BMCR 2021.12.33

Control of the laws in the ancient democracy at Athens

, Control of the laws in the ancient democracy at Athens. Cultural histories of the ancient world. Baltimore: Johns Hopkins University Press, 2020. Pp. 328. ISBN 9781421439495 $54.95.


The legitimacy of a democratic constitutional order is grounded in the people’s authority, and yet popular decision-making is exercised through specific procedures protecting higher and entrenched norms.[1] To protect these constitutional provisions, most modern democracies have adopted systems of judicial review of laws, that is, they have assigned the courts the power to assess the constitutionality of new legislation. As is well known, in fourth-century Athens, all decrees (psēphismata) had to conform to the laws (nomoi) (And. 1.87; Dem. 23.218). This hierarchy was enforced in court by a public action against illegal decrees (graphē paranomōn), while the public action against unsuitable laws (graphē nomon mē epitēdeion theinai) checked the coherence of new laws with the system of the laws. Yet, whether these features of the political order of Classical Athens conformed to any modern standard of constitutionalism or if the Athenians developed (or not) their own model has fascinated and troubled generations of scholars.[2]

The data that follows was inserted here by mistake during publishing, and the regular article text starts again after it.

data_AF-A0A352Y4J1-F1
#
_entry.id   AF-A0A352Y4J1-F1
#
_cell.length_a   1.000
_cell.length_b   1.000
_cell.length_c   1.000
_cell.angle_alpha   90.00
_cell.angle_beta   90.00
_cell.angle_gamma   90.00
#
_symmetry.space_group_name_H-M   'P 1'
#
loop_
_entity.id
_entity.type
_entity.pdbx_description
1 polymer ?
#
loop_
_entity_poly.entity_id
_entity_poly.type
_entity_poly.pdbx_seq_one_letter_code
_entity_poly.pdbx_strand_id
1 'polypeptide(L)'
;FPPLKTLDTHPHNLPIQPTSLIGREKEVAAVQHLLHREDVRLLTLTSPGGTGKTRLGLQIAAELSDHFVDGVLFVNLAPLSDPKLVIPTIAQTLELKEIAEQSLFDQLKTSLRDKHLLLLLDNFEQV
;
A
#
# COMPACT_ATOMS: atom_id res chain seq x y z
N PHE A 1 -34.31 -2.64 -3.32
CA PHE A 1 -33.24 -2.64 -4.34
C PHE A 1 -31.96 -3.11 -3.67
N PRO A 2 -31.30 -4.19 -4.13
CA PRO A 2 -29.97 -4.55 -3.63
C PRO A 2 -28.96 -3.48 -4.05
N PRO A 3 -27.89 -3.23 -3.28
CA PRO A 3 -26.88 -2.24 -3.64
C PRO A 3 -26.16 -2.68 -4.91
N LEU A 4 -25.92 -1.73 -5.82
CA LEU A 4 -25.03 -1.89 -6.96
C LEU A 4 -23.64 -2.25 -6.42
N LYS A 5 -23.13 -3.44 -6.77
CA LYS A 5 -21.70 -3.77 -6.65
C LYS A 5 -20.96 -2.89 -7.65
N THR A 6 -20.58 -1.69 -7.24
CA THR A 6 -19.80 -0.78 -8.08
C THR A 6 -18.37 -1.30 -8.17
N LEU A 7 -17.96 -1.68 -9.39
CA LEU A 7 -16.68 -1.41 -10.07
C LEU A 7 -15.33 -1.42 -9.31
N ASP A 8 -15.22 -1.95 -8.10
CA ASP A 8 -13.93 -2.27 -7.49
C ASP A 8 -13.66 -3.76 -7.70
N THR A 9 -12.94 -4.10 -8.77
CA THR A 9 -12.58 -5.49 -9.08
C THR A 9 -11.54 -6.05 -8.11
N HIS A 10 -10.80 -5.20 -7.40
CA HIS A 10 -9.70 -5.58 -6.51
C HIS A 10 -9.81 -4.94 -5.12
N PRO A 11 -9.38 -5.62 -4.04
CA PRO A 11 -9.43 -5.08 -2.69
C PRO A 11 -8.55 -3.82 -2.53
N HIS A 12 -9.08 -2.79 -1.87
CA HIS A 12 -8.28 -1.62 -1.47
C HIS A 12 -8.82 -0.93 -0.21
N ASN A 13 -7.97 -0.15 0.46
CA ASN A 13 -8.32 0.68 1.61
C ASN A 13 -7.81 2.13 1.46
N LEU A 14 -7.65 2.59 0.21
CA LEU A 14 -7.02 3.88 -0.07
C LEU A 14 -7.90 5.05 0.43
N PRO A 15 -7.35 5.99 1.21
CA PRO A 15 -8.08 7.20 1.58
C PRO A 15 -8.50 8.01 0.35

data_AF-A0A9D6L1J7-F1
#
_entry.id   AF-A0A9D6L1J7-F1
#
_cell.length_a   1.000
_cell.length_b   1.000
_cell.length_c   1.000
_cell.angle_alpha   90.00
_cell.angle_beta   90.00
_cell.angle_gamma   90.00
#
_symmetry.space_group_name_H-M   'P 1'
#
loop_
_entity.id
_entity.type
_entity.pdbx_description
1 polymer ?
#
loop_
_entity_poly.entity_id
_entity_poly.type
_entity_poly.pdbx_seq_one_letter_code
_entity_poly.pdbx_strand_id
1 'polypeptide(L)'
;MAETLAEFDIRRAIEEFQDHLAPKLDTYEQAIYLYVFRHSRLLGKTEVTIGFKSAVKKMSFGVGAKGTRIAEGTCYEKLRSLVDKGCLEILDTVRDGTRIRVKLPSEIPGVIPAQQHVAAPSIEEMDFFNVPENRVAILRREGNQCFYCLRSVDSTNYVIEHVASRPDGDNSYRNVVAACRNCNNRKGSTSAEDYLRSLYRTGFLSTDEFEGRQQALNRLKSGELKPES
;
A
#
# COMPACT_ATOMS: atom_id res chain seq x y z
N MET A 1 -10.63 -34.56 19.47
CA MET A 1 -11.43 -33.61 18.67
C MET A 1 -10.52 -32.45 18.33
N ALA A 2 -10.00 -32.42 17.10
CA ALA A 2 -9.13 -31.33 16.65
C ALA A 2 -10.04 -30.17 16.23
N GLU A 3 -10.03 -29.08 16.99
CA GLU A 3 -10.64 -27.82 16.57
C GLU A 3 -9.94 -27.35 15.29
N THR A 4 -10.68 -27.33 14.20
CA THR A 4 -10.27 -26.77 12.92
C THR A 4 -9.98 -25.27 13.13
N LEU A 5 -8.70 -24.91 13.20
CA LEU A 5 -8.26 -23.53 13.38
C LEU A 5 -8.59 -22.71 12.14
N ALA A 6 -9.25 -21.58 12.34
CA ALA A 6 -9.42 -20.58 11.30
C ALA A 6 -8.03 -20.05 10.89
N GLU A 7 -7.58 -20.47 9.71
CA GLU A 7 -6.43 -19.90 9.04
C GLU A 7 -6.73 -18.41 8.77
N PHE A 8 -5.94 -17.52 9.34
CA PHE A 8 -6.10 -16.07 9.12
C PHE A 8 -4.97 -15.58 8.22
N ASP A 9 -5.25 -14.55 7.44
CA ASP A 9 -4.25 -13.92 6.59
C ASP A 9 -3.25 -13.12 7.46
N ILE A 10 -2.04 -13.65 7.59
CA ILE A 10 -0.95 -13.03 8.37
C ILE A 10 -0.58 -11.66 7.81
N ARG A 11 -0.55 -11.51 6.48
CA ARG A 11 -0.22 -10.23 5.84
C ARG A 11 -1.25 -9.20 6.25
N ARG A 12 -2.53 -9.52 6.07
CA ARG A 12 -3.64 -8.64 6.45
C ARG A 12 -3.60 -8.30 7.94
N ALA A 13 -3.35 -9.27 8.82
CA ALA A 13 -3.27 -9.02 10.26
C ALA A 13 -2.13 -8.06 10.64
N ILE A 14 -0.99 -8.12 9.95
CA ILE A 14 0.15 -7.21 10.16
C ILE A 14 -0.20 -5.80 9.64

In this book, Edwin Carawan aims to bring into ‘better focus’ the long scholarly debate about lawmaking (nomothesia) and judicial review of the Athenian democracy, and, at the same time, to reflect on the debate about constitutionalism in the United States (2). This is an important topic that was as central to the Athenian political community as it is to modern democracies. Through an impressive command of a large bibliography on the topic and a series of preliminary studies, the author builds a twofold case. First, Carawan argues that Athenian fourth-century lawmaking and the procedures for judicial control of legislation changed significantly throughout the fourth century towards a simpler procedure. Second, the author claims that these very procedures did not constitute a genuine system of judicial review. The Athenians did not have any higher legal principles binding popular power that could be resorted to in court (8). As Carawan points out, it was litigants’ appeals to the ethos of the community that determined how the laws were to be applied (246).